When low probability high impact risks occur, organizations rely upon tried and tested responses to deal with the immediate aftermath and restore ‘normality’ as quickly as possible. But with the pandemic caused by Covid-19, many governments, organizations, and communities are beginning to realize that a resumption of ‘normality’ may never happen.
Key challenge for risk practitioners is to identify and monitor the connectivity between factors
As we try to define what a ‘new normal’ looks like, how should risk management practitioners adapt so that they can retain public confidence in their ability to anticipate and plan not only for the shockwaves expected from Covid-19, but from other future pandemics. Unless people feel safe and secure as they try to adjust to new ways of living and working, public confidence in government and the organizations we rely up will never be restored.
The pace at which Covid-19 spread through global communities was akin to a tornado, ripping up infrastructures and connected networks at local level and escalating up to a national crisis affecting all walks of life. So, one of the key challenges for risk practitioners will be to identify and monitor the connectivity between those factors that define the risk environment communities live in and organizations operate in.
New technologies give time to prepare for a risk incident
To do this, it is important to link risk assessments that focus on critical vulnerabilities through a set of scenarios that allow practitioners to model the impact of alternative ‘what if’s’. These can then be used to define key indicators which reflect the risk environment an organization operates with, using a set of thresholds which reflect an organization’s risk tolerance. With this in place, new technologies can support a dynamic monitoring system to track and report on changes in that risk environment and give organizations time to prepare for a risk incident.
Anticipation rather than reacting or even over-reacting
Without such a system in place, organizations and indeed governments will remain ‘on the back foot’ having to react rather than anticipate, reliant on information that has not been corroborated in a timely manner which can led to over-reaction. This must be avoided for communities to feel that they can anticipate and plan with confidence about how their own lives need to adapt. Not every threat, real or perceived, becomes a risk and by creating a sense of fear to persuade people to change behavior, coupled with discrepancies in the data provided as a justification for that change, public trust has been undermined. As a consequence, changing the message to make people feel safe and secure enough to resume their lives and restart the economy under the ‘new normal’ has received limited support.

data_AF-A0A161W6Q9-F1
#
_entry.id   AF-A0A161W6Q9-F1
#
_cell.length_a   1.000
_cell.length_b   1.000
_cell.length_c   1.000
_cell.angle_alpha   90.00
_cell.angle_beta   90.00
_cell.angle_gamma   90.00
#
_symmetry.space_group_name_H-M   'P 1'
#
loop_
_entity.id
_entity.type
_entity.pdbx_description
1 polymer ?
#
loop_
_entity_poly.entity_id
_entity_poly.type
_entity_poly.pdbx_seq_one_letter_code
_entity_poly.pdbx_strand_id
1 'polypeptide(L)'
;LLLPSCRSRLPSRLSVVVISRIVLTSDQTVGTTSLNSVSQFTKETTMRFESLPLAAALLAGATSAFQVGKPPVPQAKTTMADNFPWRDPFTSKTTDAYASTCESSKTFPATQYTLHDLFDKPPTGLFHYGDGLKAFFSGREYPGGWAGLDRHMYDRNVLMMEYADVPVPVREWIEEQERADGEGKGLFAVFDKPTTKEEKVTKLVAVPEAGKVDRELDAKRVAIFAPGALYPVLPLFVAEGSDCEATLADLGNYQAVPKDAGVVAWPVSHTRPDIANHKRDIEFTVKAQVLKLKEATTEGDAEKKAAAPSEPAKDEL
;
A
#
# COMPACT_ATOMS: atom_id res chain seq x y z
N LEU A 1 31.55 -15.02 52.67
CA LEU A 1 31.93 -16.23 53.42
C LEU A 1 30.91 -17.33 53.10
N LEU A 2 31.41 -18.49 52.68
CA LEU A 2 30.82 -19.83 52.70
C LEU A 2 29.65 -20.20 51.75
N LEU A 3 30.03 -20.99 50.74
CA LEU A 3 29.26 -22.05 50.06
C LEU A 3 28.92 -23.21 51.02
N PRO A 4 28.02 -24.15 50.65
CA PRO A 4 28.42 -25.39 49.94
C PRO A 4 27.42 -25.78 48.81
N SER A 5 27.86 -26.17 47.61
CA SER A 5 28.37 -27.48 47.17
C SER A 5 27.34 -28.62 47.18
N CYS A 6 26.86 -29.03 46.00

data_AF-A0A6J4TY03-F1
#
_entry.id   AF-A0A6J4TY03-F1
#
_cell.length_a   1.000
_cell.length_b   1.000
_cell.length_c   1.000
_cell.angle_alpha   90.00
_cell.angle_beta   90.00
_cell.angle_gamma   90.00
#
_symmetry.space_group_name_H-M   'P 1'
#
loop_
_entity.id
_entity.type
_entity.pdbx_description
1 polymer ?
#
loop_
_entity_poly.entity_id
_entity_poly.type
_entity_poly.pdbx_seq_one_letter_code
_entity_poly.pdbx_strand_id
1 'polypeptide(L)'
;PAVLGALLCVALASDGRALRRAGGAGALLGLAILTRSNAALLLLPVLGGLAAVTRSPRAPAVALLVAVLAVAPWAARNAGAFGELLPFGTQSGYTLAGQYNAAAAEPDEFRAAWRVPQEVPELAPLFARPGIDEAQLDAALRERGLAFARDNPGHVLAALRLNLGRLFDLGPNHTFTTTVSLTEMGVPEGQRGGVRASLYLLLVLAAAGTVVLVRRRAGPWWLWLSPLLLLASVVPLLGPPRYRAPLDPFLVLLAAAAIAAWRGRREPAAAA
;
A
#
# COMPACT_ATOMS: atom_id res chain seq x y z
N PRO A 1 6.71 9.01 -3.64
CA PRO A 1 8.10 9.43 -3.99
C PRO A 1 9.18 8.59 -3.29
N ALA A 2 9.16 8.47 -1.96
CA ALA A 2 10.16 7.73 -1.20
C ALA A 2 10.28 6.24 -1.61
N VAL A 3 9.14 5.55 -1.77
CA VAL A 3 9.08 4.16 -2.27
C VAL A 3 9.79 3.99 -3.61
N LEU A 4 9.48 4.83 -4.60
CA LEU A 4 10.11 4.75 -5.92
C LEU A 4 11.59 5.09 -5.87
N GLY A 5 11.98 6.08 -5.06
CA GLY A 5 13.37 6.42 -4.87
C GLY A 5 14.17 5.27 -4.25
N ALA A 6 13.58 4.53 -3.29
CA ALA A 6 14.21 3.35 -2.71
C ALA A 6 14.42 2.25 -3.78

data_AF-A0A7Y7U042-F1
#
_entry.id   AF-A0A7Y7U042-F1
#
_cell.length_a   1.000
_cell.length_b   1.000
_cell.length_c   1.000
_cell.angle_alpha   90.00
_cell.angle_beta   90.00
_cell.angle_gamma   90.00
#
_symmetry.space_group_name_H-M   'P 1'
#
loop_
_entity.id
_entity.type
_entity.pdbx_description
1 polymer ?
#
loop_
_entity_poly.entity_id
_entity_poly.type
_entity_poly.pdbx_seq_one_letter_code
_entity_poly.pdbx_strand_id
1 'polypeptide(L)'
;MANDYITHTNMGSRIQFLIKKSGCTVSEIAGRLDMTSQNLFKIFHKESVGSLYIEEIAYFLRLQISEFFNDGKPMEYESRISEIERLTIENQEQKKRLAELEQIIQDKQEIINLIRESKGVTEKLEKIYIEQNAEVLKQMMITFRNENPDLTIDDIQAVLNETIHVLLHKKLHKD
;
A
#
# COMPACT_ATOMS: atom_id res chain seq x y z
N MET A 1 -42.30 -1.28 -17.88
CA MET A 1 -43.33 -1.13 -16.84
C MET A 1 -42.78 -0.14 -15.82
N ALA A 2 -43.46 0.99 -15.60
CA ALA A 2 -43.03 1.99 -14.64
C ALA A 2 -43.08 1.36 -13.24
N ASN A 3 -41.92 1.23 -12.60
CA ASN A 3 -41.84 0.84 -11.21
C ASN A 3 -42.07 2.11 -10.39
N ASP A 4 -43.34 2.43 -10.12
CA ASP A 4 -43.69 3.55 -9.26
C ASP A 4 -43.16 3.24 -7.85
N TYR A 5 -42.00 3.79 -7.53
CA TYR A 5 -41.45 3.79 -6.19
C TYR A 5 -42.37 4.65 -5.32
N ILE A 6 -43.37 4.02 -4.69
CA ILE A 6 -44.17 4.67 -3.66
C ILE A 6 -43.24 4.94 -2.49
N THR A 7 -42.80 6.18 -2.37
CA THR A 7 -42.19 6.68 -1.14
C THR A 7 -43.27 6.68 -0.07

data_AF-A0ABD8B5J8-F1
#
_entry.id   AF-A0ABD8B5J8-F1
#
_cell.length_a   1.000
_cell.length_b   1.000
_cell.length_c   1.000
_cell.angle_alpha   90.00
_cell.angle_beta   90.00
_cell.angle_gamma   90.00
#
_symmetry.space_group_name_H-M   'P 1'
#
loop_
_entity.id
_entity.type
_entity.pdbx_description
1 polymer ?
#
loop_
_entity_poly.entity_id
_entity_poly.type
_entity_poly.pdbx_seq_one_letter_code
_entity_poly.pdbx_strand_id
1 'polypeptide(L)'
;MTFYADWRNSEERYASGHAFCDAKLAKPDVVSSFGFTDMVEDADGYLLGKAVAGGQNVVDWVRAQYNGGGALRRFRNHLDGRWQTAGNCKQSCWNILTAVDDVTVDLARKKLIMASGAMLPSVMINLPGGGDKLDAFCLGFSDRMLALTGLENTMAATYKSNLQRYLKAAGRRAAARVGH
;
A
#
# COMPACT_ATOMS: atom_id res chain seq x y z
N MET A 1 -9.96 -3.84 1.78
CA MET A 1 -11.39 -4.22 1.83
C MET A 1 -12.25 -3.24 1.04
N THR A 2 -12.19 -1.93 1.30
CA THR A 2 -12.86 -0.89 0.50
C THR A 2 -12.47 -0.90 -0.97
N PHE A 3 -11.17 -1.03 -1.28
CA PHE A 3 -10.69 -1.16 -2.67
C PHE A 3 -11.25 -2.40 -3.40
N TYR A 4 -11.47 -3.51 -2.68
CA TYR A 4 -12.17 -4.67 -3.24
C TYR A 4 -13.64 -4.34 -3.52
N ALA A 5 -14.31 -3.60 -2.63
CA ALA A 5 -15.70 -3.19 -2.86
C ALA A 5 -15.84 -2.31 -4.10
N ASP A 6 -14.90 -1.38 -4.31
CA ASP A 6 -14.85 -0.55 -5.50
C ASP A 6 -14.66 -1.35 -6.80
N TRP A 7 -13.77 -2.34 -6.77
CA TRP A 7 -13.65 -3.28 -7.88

Covid-19 should be managed inside normal risk management frameworks
The other impact of Covid-19 on risk management practices is that there will be a tendency to manage it outside normal risk management frameworks in a manner similar to how cyber-security is managed and this is a mistake. Undoubtedly as with any risk, one needs to have experts capable of undertaking reliable risk assessments, but once done, the outcomes need to be embraced within a fully functioning risk management system which can deliver joined-up thinking about how to manage all-risks.
So this ‘new normal’ for risk practitioners provides an opportunity to connect the dots between the global risk environment and local communities that people, places and networks depend upon, strengthen the competencies and capabilities of existing risk management architectures and provide assurance that Covid-19 and other future low probability high impact risk events are being managed in a manner that ensures the safety and security of us all. Tornados might be unpredictable when they do occur, but what can be predicted is that there will be another!
Director of Advisory Services
Optix Risk Management Ltd.
Photo: Laura Vanzo / Visit Tampere